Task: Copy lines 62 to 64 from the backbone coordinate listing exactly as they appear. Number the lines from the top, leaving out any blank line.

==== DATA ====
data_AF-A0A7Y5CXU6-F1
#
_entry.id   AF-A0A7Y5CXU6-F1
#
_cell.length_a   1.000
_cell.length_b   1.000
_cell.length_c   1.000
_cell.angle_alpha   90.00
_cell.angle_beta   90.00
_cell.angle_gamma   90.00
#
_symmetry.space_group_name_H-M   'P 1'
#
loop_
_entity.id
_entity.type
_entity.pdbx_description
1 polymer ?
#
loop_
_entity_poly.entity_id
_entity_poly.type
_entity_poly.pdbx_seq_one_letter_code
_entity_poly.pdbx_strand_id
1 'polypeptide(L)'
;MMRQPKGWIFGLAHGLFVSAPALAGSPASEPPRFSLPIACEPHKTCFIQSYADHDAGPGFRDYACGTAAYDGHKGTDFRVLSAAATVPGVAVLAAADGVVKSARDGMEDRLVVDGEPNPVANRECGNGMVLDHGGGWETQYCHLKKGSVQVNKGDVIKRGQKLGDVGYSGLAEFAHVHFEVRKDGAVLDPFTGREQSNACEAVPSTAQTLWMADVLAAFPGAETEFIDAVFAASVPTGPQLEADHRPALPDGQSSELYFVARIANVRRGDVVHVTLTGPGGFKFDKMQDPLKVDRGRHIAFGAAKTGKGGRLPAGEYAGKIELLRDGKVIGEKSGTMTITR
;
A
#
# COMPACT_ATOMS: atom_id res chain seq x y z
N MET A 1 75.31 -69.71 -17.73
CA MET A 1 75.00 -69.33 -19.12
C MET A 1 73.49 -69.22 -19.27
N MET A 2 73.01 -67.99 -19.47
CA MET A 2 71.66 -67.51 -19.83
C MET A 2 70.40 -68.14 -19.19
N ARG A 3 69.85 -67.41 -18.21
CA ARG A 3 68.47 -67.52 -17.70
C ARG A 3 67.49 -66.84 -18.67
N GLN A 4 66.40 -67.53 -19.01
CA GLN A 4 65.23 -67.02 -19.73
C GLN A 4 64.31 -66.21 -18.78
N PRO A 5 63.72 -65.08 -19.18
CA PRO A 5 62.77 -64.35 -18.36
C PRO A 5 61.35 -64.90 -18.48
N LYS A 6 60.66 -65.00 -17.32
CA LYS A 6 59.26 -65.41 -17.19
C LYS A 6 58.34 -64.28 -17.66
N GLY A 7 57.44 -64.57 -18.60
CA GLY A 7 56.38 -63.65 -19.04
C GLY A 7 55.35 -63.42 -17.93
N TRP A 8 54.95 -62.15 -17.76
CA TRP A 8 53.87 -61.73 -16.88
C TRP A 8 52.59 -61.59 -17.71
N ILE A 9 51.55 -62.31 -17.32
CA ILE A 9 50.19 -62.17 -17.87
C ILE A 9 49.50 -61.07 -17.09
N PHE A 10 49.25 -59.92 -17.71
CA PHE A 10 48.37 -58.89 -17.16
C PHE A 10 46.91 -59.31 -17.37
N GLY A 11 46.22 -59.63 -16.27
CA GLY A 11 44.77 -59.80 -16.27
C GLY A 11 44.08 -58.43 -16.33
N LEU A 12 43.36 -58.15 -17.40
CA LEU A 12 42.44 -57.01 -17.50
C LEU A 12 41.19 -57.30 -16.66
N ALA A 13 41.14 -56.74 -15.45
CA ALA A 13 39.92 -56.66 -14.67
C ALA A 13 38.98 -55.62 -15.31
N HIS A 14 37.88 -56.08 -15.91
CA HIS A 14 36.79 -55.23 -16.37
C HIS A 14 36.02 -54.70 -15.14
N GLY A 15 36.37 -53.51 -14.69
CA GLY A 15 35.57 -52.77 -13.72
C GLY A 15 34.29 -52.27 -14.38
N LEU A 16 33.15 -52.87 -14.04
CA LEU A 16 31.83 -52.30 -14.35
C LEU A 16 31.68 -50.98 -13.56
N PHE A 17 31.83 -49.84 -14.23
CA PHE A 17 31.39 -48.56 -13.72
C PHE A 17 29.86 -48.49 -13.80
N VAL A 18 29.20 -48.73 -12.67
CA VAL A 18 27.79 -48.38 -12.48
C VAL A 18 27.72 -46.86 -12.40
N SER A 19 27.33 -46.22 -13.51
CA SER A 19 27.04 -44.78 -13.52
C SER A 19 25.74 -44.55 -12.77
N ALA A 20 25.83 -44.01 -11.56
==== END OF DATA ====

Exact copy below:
CA GLY A 11 44.77 -59.80 -16.27
C GLY A 11 44.08 -58.43 -16.33
N LEU A 12 43.36 -58.15 -17.40